It made me cry–it can be done. But we need to get our heads out of religion and our eyes on the prize of finding new ways to love one another and repent of our foolishness without shame.

The good news? It’s just like when we were learning to date in high school and survived our feeble attempts, to eventually end up in a relationship.

The better news is that if we stop trying to be godly, and just start looking for the goodness that has been placed around us, we literally can become a community of faith that “comes, communes and creates unity.”

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PoHymn: A Rustling in the Stagnant … December 2nd, 2015


 Jonathots Daily Blog

(2770)

PoHymn Dec. 3

Merry Goes With…

Merry goes with Christmas

Of this you can be sure

As honey links with bee

And water prefers pure

As Baptist is to dunking

And Methodist welcomes eating

We’re all bound for Heaven

If we’ve secured reserved seating.

As Jesus embraces Santa dear

To join in the holiday cheer

And elves dance with angels

To dispel our human fear

Christmas belongs to people

Peace on Earth, you see

Those beneath the steeple

And others around the tree

For joy is a Godly thing

Birthed in heavenly trust

Hark the herald, angels sing

Worship the King, we must

For praise comes in many ways

But always brings sweeter ends

So let us take December days…

Merry Christmas, my dear friends.

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Jesonian: It’s An Adjective … September 6th, 2015


 Jonathots Daily Blog

(2684)

tools composite

Jesonian.

I coined the word.

Originally I came up with it because I felt that the term “Christian” had lost some of its pungency and impact, having been diluted by indifference and hypocrisy.

But mainly, I use the word as an adjective. For after all, we have made the error of turning “Christian” into a noun.

It’s supposed to stand alone, to singularly represent an ideology which has already been divided into at least 362 different denominational compartments. No wonder it suffers from overuse, misuse and abuse.

Jesus never intended his philosophy and approach to life to become a religion. It was meant to be the impetus which fuels the lifestyle and career of our choice.

So there should be Christian businessmen and women, Christian musicians, Christian plumbers, Christian athletes. But because we changed Christian into a noun, it is supposed to mean something in itself, while we continue to fuss and argue about its significance.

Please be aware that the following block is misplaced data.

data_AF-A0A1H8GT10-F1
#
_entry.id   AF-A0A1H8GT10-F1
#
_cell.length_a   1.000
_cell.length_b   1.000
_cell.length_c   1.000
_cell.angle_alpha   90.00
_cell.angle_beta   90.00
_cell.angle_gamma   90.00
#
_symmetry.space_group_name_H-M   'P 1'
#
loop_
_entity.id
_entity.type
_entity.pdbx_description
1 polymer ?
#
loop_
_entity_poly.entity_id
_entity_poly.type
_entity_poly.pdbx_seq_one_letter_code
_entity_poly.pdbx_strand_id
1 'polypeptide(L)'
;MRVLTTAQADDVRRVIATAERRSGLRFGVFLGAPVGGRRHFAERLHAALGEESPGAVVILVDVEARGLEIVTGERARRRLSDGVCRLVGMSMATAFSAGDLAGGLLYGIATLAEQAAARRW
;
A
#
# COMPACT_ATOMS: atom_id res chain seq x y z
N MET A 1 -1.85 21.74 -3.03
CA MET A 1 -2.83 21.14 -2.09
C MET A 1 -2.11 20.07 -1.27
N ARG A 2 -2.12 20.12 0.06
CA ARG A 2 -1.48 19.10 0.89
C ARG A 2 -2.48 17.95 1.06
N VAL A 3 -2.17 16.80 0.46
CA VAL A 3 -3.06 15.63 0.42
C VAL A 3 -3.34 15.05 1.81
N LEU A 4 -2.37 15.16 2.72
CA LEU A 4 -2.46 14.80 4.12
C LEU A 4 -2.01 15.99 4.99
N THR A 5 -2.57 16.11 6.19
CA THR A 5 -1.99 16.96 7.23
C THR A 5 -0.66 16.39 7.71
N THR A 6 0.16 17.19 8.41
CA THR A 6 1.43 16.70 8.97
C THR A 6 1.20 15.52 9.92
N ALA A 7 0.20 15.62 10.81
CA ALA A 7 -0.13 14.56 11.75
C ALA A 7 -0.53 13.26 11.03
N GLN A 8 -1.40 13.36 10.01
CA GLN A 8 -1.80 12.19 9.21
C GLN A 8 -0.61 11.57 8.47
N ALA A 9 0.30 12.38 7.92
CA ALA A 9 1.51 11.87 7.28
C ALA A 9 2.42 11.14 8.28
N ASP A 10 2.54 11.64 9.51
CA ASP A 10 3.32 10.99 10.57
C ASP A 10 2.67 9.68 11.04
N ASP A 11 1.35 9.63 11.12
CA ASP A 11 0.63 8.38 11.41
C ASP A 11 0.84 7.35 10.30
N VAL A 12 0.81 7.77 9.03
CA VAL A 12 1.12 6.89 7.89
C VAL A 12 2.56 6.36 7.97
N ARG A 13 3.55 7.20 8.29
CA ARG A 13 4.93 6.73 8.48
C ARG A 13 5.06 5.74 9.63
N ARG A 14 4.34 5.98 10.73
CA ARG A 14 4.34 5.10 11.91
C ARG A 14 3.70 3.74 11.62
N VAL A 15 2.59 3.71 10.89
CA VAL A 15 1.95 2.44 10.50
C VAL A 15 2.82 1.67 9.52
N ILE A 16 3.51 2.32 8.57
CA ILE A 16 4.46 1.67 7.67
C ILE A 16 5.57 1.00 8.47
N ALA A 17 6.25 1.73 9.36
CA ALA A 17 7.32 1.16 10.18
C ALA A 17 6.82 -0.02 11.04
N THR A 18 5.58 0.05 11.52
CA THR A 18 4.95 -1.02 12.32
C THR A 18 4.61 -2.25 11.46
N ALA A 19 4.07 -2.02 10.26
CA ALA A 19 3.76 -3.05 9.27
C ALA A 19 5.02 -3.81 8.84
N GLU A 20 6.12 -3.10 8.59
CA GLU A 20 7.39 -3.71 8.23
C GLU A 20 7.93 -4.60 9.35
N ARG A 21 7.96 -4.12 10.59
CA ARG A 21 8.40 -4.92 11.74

Jesonian is an adjective.

It’s a way of telling those around us that we actively pursue the activities of our lives and professions while fueling those efforts with concepts and beliefs born from the mindset of Jesus.

It is the hope that we can have Jesonian Baptists, Jesonian Lutherans, Jesonian Methodists, Jesonian Catholics and Jesonian Charismatics who freely admit that they may have a preference for their style of consecration and worship, but no difference in the application of their thinking.

It was the Apostle Paul who said, “Now abide faith, hope and love…” But the Jesonian comes along to help us define those three words with much more cohesion.

  • Faith is not what we believe. In the Jesonian lifestyle, faith is what we live out.
  • Hope is not what we dream. It is what we visually and actively pursue.
  • And love is not what we feel. It is confirmed by what we do.

The Jesonian: living out, pursuing, doing–and leaving all the rest to the grace of God.

 

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PoHymn: A Rustling in the Stagnant … July 29th, 2015


 Jonathots Daily Blog

(2647)

PoHymn for July 29

Namey Name Name

Baptist, Methodist

But Mary called him Jesus

Lutheran, Presbyterian

Pentecostal, Unitarian

Latter Day Saint

Former day Jew

Assembly of God

No assembly required

Christian, Christos Iglesias

His buddies dubbed him Jesus

Catholic, Roman